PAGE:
Parents will go to great lengths to ensure that their children are safe and healthy. Imagine Matt and Andrea Campbell’s shock when they learned that Matt was ineligible to donate an organ to their 1-year-old son, Brooks, who was in desperate need of one.
Andrea’s younger brother, Grant, stepped up to be the organ donor for his nephew, saving both of their lives. Brooks is now a lively 2-year-old child.
Matt and Andrea talked about Grant’s inspirational altruistic act and their one-of-a-kind story in an interview.
The family was outdoors shooting photos for their Christmas cards, and Andrea noticed that her 17-month-old son appeared yellow in the shots. Brooks puked after breakfast the next morning, causing alarm. Following that, the concerned parents took their youngster to the doctor.
“His liver appeared to be structurally sound.” Andrea contributed. “However, his liver numbers and tests were astronomically high.”
Brook, it turned out, had acute liver failure, likely caused by the Respiratory Syncytial Virus (RSV). It’s a highly contagious virus that causes respiratory tract illnesses.
The GI specialist then informed the anxious parents that Brooks would be moved to Cleveland Clinic in case he needed a liver transplant.
“It was like a ton of bricks,” Andrea described her experience. “Where did this come from, exactly?”
“At the time, we didn’t know what caused the liver failure, but the situation was extremely, really urgent,” says Dr. Koji Hashimoto, director of Cleveland Clinic’s living donor liver transplantation program. “He didn’t have much liver function when he arrived. You will not be able to survive if your liver function is completely lost.”
Because a liver transplant was Brooks’ sole choice for survival, a separate team of Cleveland Clinic caregivers worked rapidly to undertake a streamlined living organ donor evaluation for acute liver failure.
“You have days, weeks, or even months to identify a living donor for someone with chronic liver failure.” Dr. Radhakrishnan, a gastroenterologist and hepatologist for children, stated. “But we didn’t have the luxury of time with Brooks.” We needed to find the proper person as soon as possible.”
The team, led by Donna Ferchill, RN, clinical nurse manager for liver transplants, and Natashia Rush, transplant coordinator, began looking for a match within the immediate family. Andrea was thrown out of the running because she was pregnant at the time.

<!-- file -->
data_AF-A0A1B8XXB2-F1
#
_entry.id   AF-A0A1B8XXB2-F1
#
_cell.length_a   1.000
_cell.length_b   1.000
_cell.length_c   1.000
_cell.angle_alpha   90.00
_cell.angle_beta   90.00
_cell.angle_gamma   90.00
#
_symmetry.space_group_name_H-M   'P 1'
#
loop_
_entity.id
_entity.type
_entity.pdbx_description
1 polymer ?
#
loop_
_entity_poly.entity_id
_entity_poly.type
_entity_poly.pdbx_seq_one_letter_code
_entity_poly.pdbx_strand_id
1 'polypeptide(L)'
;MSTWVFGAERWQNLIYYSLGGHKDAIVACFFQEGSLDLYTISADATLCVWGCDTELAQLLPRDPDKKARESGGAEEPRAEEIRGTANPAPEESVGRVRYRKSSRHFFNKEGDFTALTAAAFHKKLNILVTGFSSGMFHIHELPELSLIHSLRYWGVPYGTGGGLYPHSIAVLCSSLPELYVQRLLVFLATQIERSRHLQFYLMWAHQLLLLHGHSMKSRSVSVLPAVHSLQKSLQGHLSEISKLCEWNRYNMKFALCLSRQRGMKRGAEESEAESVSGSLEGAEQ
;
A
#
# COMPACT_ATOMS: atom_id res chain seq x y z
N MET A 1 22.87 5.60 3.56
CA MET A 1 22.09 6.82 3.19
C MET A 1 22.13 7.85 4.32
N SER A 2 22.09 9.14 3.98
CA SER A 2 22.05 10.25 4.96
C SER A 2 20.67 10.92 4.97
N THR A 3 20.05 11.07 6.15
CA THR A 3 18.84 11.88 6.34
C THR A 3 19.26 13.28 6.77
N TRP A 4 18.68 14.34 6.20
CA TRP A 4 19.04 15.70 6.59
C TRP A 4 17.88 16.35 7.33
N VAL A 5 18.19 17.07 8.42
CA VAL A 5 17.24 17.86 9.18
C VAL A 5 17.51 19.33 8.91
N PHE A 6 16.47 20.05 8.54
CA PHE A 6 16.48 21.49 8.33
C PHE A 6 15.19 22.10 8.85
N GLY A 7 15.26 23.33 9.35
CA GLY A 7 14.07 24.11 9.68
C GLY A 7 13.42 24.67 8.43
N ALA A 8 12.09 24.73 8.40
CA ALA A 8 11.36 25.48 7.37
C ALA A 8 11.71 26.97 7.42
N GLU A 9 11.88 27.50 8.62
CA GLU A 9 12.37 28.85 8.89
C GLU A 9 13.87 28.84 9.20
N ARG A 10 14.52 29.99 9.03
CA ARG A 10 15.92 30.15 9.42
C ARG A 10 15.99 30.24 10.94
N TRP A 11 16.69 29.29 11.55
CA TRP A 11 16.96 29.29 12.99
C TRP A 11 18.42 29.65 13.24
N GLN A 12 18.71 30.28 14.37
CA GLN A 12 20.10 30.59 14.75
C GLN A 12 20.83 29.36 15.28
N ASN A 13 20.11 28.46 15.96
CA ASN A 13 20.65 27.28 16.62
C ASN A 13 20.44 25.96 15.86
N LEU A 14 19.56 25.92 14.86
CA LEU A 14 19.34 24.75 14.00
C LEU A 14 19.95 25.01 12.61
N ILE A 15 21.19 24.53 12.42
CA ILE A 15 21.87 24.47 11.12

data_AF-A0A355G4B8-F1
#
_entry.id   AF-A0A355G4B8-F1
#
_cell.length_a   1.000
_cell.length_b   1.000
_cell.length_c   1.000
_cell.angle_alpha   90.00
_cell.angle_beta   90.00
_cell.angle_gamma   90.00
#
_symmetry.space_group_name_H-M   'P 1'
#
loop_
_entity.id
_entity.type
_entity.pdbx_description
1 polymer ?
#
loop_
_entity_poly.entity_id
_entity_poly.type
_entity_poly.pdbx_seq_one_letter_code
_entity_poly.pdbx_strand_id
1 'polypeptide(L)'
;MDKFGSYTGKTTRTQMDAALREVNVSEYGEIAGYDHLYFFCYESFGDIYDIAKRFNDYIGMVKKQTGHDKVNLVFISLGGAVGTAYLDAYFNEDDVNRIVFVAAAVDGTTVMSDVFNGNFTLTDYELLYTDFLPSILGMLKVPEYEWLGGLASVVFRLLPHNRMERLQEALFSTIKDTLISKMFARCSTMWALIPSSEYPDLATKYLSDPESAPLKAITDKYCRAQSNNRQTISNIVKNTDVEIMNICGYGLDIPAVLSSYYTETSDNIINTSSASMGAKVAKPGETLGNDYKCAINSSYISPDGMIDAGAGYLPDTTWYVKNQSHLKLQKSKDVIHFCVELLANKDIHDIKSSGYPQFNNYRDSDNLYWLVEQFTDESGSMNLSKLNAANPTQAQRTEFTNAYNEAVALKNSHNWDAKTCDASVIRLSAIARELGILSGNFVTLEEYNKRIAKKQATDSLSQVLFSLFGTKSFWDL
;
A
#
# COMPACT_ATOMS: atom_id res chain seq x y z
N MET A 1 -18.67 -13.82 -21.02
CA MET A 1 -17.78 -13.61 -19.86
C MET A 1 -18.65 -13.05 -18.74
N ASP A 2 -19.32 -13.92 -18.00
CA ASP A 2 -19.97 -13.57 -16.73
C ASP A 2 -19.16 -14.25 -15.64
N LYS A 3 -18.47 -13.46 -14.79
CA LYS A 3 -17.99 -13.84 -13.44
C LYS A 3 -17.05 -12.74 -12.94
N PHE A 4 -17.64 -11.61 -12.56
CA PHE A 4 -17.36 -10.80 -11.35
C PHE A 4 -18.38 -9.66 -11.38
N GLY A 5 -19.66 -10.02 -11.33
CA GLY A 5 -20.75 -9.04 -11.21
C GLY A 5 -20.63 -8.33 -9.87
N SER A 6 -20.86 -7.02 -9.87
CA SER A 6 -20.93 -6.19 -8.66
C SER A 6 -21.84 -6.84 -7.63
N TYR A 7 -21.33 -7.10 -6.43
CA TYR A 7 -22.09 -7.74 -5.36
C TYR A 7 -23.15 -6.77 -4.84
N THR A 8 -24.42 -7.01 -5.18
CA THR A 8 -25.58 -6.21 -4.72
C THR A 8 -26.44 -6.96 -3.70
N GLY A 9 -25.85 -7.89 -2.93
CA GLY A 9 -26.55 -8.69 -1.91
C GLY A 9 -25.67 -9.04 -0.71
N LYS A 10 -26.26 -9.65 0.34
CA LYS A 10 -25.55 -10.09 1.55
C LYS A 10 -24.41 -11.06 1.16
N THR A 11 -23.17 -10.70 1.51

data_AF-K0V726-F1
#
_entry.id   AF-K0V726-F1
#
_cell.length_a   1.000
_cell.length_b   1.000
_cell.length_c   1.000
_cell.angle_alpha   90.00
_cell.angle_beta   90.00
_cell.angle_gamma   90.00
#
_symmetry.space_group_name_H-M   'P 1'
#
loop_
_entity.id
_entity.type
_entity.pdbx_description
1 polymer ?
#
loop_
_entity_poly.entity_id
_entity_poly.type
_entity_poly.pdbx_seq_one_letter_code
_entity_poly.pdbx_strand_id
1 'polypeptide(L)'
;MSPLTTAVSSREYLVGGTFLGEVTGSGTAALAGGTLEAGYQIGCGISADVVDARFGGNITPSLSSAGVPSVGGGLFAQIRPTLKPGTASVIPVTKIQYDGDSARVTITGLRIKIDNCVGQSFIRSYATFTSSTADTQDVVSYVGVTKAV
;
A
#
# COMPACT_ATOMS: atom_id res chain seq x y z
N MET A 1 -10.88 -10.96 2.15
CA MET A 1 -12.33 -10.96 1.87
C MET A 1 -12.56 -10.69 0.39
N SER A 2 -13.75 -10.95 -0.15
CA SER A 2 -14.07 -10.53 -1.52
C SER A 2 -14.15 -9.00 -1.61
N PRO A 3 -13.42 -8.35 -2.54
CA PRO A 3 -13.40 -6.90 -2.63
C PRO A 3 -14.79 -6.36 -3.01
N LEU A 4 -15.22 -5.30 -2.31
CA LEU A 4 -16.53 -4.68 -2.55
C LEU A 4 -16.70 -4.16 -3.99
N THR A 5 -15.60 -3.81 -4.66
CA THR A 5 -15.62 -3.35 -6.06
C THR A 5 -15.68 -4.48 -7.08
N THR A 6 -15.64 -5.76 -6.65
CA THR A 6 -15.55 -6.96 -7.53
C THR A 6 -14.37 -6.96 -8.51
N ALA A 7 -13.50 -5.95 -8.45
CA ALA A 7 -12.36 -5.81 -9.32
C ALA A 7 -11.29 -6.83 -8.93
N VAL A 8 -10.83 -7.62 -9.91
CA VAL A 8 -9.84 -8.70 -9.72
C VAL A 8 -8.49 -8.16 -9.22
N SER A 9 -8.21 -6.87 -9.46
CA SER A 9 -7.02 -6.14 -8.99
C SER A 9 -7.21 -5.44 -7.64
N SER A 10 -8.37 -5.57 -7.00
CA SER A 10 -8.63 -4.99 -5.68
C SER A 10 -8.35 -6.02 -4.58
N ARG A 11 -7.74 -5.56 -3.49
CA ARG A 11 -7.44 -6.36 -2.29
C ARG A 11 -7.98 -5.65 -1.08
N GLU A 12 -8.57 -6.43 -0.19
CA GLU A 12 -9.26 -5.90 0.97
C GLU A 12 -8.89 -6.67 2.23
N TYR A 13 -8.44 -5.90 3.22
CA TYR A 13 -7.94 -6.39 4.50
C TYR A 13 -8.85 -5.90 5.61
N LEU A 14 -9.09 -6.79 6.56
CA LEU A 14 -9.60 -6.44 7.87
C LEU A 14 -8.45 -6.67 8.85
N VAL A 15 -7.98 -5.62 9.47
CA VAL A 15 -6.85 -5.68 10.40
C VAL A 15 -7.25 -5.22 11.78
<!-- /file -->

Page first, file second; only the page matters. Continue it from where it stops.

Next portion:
Matt, the father, hoped he would be the finest option. Unfortunately, hours of testing revealed he and everyone on his side of the family had a genetic blood clotting issue, ruling them out.
“That was difficult to hear,” said the father. “I was mentally prepared to jump in and assist Brooks right away. We needed to find out how we were going to go about doing this now.”
Andrea’s brother, Grant, who had traveled in from Texas, was present when the parents learned that they were both ineligible.
“I recognized I was up when our little guy died.” Grant recalled something. “I felt compelled to come here from Austin for a purpose. ‘This is the cause,’ I began to think. ‘I’m meant to be the one who gives.’
Grant was put to the test and found to be a perfect match. He called his sister right away after hearing the wonderful news and told her about his plans to donate his organs.
“I said, ‘Let’s go baby,’ and she looked at me like, ‘Well, what does it mean?’” Grant reflected on how he broke the exciting news to Andrea. “We’re going!” I exclaimed.
Andrea still wears a bracelet that says “LET’S GO BABY!!!” to honor that pivotal event in their lives.
Grant made his decision during a difficult period in his life. He had recently moved away from his family to Texas, ended a relationship, and experienced the failure of a new business, all of which contributed to his despair.
“I simply felt worthless as a man and alone, unwanted since I wasn’t talking to anyone about it,” a tearful Grant explained. “I’ve simply gone into seclusion.” Then, towards the end of January, I began to have suicidal thoughts and considered killing myself.” He admitted it.
“And I’m so glad I didn’t because little Brooks needed me 10 months later.” And I’m not sure he would have made it if I hadn’t been there,” Grant said.
A nurse encouraged Grant to think about something that makes him truly happy before falling asleep while waiting for the organ transplant to begin.
“My pleasant thought would be watching Brooks running around and being the cheerful boy we all knew he was, who brings so much joy into our lives,” I told her.
Grant’s cheerful thought has, of course, become reality. Brooks has healed and is once again a lively, energetic child.
“It’s often said that children are resilient.” Andrea generously shared. “He’d have these enormous stitches in his stomach and be jumping over the sofa like nothing was wrong.”
Andrea continued, “Once we got home, he just blossomed into this new little guy.”
“I’ve had a lot of difficulties throughout my life. But, for the first time, I felt a sense of purpose throughout the procedure. That is something I will be eternally grateful for.” Grant described with tears in his eyes how his organ donation altered his life.
“Now there will always be a particular tie between him and Brooks.” The thankful mother expressed her gratitude. “He gave us the gift of life, and I’m not sure how you ever repay someone for that.”
“I joke that one day I’ll write a book and put ‘Dedicated to Brooks, people said I saved your life that night in November, but in truth you saved mine.’”
Brooks provided his life a sense of purpose, making it more meaningful than ever. Grant may have saved Brooks’ life, but Brooks gave his life a sense of purpose, making it more meaningful than ever.
Watch the video below to learn how an organ donation rescued Brooks’ life and Grant’s from a bad situation.